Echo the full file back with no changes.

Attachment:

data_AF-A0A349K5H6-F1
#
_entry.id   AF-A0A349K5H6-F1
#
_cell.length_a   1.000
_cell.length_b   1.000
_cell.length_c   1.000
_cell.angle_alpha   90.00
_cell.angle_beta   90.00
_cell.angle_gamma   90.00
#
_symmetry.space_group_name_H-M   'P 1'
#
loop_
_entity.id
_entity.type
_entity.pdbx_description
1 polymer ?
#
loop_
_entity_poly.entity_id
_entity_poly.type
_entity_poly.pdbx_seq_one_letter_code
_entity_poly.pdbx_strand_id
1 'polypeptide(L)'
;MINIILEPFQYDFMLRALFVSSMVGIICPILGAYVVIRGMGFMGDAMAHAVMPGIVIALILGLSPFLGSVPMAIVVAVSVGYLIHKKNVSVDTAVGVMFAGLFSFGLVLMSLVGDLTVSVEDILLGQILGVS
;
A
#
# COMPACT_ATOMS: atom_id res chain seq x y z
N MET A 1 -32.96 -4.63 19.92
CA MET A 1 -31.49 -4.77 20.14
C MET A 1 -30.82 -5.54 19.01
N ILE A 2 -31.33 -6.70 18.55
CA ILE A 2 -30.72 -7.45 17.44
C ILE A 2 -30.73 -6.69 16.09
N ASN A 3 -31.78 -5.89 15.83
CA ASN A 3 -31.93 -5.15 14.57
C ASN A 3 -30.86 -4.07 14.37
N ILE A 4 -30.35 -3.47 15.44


data_AF-A0A349K5H6-F1
#
_entry.id   AF-A0A349K5H6-F1
#
_cell.length_a   1.000
_cell.length_b   1.000
_cell.length_c   1.000
_cell.angle_alpha   90.00
_cell.angle_beta   90.00
_cell.angle_gamma   90.00
#
_symmetry.space_group_name_H-M   'P 1'
#
loop_
_entity.id
_entity.type
_entity.pdbx_description
1 polymer ?
#
loop_
_entity_poly.entity_id
_entity_poly.type
_entity_poly.pdbx_seq_one_letter_code
_entity_poly.pdbx_strand_id
1 'polypeptide(L)'
;MINIILEPFQYDFMLRALFVSSMVGIICPILGAYVVIRGMGFMGDAMAHAVMPGIVIALILGLSPFLGSVPMAIVVAVSVGYLIHKKNVSVDTAVGVMFAGLFSFGLVLMSLVGDLTVSVEDILLGQILGVS
;
A
#
# COMPACT_ATOMS: atom_id res chain seq x y z
N MET A 1 -32.96 -4.63 19.92
CA MET A 1 -31.49 -4.77 20.14
C MET A 1 -30.82 -5.54 19.01
N ILE A 2 -31.33 -6.70 18.55
CA ILE A 2 -30.72 -7.45 17.44
C ILE A 2 -30.73 -6.69 16.09
N ASN A 3 -31.78 -5.89 15.83
CA ASN A 3 -31.93 -5.15 14.57
C ASN A 3 -30.86 -4.07 14.37
N ILE A 4 -30.35 -3.47 15.44